Hyldgaard, Benita4; Sorrell, Brian Keith5; Brix, Hans6
1 Department of Bioscience - Aquatic Biology, Department of Bioscience, Science and Technology, Aarhus University2 Department of Food Science - Plant, Food & Climate, Department of Food Science, Science and Technology, Aarhus University3 Department of Bioscience, Science and Technology, Aarhus University4 Department of Food Science - Plant, Food & Climate, Department of Food Science, Science and Technology, Aarhus University5 Department of Bioscience - Aquatic Biology, Department of Bioscience, Science and Technology, Aarhus University6 Department of Bioscience, Science and Technology, Aarhus University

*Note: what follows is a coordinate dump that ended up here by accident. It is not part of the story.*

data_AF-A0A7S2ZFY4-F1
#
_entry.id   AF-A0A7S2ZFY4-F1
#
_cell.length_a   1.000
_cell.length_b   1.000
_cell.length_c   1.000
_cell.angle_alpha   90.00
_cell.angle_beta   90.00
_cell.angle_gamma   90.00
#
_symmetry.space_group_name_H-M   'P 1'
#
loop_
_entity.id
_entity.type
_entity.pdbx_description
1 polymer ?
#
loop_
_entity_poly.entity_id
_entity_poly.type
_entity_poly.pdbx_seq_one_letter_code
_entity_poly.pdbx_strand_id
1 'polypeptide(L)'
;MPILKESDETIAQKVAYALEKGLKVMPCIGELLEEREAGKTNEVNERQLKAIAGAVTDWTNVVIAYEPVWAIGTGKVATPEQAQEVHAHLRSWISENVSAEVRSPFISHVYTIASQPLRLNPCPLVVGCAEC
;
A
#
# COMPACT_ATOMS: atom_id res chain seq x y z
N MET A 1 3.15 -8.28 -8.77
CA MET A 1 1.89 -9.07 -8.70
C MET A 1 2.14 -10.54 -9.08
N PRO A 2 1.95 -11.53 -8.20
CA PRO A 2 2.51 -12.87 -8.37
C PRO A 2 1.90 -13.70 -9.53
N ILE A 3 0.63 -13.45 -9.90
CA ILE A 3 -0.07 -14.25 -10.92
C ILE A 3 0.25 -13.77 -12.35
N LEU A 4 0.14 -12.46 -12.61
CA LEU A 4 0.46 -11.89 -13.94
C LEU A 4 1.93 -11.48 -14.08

1. The importance of temperature responses of photosynthesis and respiration in determining species distributions was compared in two closely related freshwater macrophytes, Ceratophyllum demersum and C. submersum. The two species differed significantly in response to temperature in the short and long term, despite being collected in the same geographical region, near Aarhus, Denmark. 2. The distribution of C. submersum is narrower globally and does not extend as far north as C. demersum, which is a cosmopolitan species. Results from short-term (within minutes) temperature-response curves and distributional patterns corresponded well with the long-term (weeks) results obtained, but with some important deviations. The long-term responses of the two species to low temperature (12 °C) were more similar than expected. In contrast, high temperature (35 °C), which stimulated photosynthesis in C. submersum in the short term, inhibited photosynthesis in the long term and resulted in lower growth rates of C. submersum, both compared to C. demersum and to growth rates at intermediate temperatures (18 and 25 °C). 3. The long-term acclimation strategy differed between the two species. Ceratophyllum demersum achieved homeostasis in photosynthesis and respiration rates, and the temperature optimum for photosynthesis changed according to its acclimation temperature. In contrast, C. submersum had a homeostatic response to the ratio of dark respiration to gross photosynthetic capacity and did not change its temperature optimum. Hence, this study highlights key issues that need to be examined carefully to improve models predicting future temperature responses of aquatic plants.